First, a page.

If you are asked for an additional screening it is your choice to have the screening in the security or a private screening area. If you choose to do it in public, please note that you are entitled to bring a friend with you into the screening room.
Be Prepared for Questions
While it is not required to disclose your identity, it’s important to be prepared for potential questions. Familiarize yourself with your rights as a traveler and understand that the TSA personnel may not be familiar with their own rules and regulations. Providing calm and respectful answers to their questions will help you to de-escalate potential issues in a stressful situation.
TSA can be stressful enough, try not to have fear of missing your flight add to an already potentially stressful situation. Anticipate that you may be asked for additional screening and provide yourself with plenty of time to make it through before boarding.
TSA PreCheck or Clear
Enrolling in TSA PreCheck or CLEAR can expedite your security screening process and provide a more predictable and less invasive experience. With PreCheck you pay a fee of $85 (many credit card companies off this as a perk) and an initial screening but after that, you’ll have access to shorter lines, leave your shoes on, and most importantly go through a metal detector rather than a body scanner.
Travel with a Trusted Friend
Sometimes in high-stress situations, it’s hard to find the right words to advocate or stand up for yourself. Traveling with someone you know can step in and advocate for you is a huge benefit, especially for newer travelers. For this same reason traveling with an LGBTQ+ tour group can also be a great way to feel supported.
With some preparation and self-assuredness, trans, nonbinary, and gender non-conforming travelers will make their TSA checkpoint experience easier to navigate and hopefully less stressful.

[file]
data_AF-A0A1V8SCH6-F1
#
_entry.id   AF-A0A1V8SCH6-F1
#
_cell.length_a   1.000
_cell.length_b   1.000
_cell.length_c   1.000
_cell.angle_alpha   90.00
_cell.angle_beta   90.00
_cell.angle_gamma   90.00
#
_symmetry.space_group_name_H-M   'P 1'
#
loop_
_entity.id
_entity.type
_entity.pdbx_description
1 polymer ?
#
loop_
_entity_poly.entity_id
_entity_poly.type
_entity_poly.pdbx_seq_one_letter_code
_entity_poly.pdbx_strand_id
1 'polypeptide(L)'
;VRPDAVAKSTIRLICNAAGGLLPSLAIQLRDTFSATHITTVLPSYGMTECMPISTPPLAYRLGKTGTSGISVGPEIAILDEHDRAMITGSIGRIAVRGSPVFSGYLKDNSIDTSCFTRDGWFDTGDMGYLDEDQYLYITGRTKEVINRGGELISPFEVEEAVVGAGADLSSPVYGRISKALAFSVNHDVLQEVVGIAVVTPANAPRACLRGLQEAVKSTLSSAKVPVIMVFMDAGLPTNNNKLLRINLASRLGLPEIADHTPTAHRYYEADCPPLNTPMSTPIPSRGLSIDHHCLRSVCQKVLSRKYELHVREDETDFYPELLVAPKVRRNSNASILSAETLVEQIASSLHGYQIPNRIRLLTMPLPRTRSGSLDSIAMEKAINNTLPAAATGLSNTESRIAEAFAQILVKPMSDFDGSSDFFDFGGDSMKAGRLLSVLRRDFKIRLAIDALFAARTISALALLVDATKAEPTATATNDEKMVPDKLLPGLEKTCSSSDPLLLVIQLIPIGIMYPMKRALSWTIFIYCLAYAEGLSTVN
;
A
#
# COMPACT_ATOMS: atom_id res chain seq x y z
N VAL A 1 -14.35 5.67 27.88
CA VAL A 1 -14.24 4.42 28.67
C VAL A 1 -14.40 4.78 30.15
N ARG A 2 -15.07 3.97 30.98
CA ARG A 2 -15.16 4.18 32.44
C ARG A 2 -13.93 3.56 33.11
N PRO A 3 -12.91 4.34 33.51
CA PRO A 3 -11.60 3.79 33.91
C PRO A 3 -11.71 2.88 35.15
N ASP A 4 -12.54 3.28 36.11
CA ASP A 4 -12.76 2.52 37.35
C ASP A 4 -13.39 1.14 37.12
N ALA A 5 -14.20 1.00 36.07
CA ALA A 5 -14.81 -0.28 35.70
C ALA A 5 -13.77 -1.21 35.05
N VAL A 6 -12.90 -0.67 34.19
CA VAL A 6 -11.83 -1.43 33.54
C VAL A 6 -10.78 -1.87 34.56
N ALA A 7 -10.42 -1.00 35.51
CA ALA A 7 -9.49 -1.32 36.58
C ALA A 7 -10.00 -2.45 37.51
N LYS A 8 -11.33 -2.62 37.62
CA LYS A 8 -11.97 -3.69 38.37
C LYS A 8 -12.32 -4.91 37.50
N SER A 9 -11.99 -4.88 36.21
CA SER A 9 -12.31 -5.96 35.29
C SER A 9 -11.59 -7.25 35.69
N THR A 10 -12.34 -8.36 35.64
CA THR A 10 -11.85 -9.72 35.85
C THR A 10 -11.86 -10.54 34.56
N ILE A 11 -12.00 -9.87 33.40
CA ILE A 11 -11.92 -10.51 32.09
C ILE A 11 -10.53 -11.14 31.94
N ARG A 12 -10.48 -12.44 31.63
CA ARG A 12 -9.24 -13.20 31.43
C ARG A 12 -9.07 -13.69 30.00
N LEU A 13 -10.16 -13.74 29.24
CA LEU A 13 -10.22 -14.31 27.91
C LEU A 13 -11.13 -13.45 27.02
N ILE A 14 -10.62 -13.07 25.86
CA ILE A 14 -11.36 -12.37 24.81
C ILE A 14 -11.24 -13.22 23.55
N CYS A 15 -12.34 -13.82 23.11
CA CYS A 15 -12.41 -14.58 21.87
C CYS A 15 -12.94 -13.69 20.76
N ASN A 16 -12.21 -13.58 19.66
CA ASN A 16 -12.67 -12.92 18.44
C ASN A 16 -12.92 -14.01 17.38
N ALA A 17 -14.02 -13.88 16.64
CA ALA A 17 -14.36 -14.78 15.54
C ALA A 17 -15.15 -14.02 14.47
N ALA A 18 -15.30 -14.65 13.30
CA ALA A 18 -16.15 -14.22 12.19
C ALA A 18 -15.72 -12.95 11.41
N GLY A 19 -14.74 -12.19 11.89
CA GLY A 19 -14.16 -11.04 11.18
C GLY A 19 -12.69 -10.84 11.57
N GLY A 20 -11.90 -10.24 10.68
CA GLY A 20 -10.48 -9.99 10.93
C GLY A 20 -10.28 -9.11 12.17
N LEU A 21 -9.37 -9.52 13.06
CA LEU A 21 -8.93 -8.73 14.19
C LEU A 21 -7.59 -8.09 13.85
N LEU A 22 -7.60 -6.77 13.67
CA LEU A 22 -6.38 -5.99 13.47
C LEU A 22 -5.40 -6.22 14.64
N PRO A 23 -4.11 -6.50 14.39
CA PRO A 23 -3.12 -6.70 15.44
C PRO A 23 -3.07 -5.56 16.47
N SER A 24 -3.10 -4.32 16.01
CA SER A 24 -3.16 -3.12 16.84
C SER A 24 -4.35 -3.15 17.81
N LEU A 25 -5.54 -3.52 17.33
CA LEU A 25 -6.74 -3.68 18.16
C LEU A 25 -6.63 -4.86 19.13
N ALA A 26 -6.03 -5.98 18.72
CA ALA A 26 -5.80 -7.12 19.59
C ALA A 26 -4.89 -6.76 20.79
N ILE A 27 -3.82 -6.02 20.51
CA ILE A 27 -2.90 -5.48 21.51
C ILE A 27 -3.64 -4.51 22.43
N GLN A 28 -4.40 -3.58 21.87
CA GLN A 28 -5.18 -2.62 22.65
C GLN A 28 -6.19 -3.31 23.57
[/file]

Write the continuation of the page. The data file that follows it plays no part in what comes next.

Stay Informed to Travel Safely
In a world of boundless horizons, every step forward is a triumph, and the evolution of airport security policies stands as a testament to the resilience of transgender, nonbinary, and gender-nonconforming travelers. With a focus on preparation, education, and self-assuredness, this guide illuminates a path through TSA checkpoints that not only ensures safety but also celebrates identity. Embracing your true self should never be hindered by security procedures, and as the TSA continues to refine its approach, the sky becomes the limit.
Armed with awareness, confidence, and the camaraderie of fellow travelers, transgender and nonbinary individuals can soar to new heights, charting their course across the globe with hope and excitement. So pack your dreams and embark on your next adventure—because in the tapestry of travel, your identity deserves to shine brightly and boldly.
Additional resources for Transgender and Nonbinary Travelers
TSA – Gender-Neutral Screening
ACLU – Four Ways the TSA Is Making Flying Easier for Transgender People
USA Today – TSA to adopt gender-neutral screening to be more inclusive
The Washington Post – Trans travelers call for change in airports, TSA protocol